The number of police officers in Northland is increasing after reaching very low levels during the pandemic. Photo / NZME
Thirteen police officers in Northland left their jobs in the first eight months of this year and the bulk of them were based in Whangārei.
The police attrition rate in Northland in the 12 months
to January this year was 1 per cent – or four officers – but that number more than quadrupled from then up to August, rising to 17.
The figures are contained in data provided in response to a parliamentary question from National’s Whangārei list MP Dr Shane Reti.
Of the 17, seven were based in Whangārei, four in Kaitaia, three in Kerikeri, one each in Kamo, Mangonui and in the Northland Child Protection Team.
The MP said one of the main reasons officers were leaving was due to increased violence toward them, with the number of serious assaults on Northland police rising over the last five years.
“There’s increasing danger and there’s that sense we have that police don’t feel that they have the tools to do what they would like to do, what they’re best at doing,” Reti said.
“It is things like police pursuit policy, youth offending policies. They’re starting to feel they’re not adequately equipped to do the best job. And of course, there’s not enough of them.”
Significantly more police officers across the country are leaving the job now than they were last year, data showed.
National turnover rates almost doubled from 2.86 per cent in the 12 months to May 2021 to 4.78 per cent in the following year. The rate rose to 4.9 per cent in the year to August this year.
Another question from Reti revealed the number of police graduates assigned to the Northland district fell from 46 in 2018 to 15 in 2021.
Up until the end of August this year, 15 graduates were sent to Northland.
Police Minister Chris Hipkins said the decrease was due to the unusually high number of recruits sent to Northland when Labour first got into Government.
“The number of police in Northland has already increased nearly 19 per cent under Labour, that’s 65 more frontline staff over and above attrition since we came into Government,” Hipkins said.
“A large proportion of graduates were sent to Northland immediately under this policy to address a shortage in frontline staff left by the previous government’s under-investment in police. That’s why the numbers are frontloaded.
“This will increase further still through our commitment to funding 1800 more police.”
Attrition had returned to normal levels after a “sustained reduction” during Covid-19, Hipkins said.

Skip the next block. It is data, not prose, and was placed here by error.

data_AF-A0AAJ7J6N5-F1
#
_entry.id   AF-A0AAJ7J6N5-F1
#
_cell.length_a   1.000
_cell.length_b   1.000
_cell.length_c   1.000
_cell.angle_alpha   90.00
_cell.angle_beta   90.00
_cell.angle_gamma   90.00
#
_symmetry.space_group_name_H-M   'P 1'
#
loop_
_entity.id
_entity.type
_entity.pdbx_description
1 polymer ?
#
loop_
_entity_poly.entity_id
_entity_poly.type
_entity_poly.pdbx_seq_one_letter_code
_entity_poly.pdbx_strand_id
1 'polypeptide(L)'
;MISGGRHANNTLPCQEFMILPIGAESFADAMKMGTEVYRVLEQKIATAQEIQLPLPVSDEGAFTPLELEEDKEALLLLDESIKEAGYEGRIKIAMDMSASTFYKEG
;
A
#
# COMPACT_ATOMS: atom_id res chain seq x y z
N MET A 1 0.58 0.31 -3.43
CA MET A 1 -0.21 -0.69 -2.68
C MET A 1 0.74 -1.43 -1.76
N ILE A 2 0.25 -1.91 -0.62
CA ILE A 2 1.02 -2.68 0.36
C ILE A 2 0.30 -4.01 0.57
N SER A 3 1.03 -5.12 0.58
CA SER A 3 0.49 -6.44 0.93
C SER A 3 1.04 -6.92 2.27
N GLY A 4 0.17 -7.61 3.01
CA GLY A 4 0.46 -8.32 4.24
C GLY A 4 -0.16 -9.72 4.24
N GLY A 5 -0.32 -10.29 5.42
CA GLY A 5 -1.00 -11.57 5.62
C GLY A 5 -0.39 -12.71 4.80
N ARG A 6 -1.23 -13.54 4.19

“In Northland, attrition is lower than the average across the police workforce. Police has one of the lowest levels of attrition of any employer in New Zealand.”
The Government was on track to reach its target of 1800 more police officers by June next year, Hipkins said.
A total of 17 officers left the police in Northland in the 12 months to the end of August 2022, up from nine in the previous year.
Reti said there were not enough police officers in Northland and there were issues with how they were distributed.
“We are the fastest-growing region and on a per-capita basis the numbers should be escalating, not going down,” he said.
“When they have incidents in Paihia and the nearest constable is in Russell, that’s a problem.”
Despite the Government recruiting extra police officers, Reti said the effect of this was not visible on the front line.
“If you ask any of the local retailers who have been ram-raided, that’s sure as heck not their observation, or indeed any of the retailers in the [Whangārei] CBD.”
When asked about attrition rates, police declined to provide new comment, but referred the Advocate to a statement provided for an earlier story.
In the statement, Acting District Superintendent Justin Rogers said 25 additional staff had been sent to Northland this year.
“Overall police has a very low attrition rate and people leave the organisation for a variety of reasons, but I note that our district’s attrition rate is currently sitting below the national rate,” Rogers said.
“Northland’s geography and the location of some of our more remote communities are a challenge for us. Our staff working in these areas are passionate and committed to doing all they can for their community.”
Rogers said Northland had received the highest percentage increase in police officers of any district in the past five years.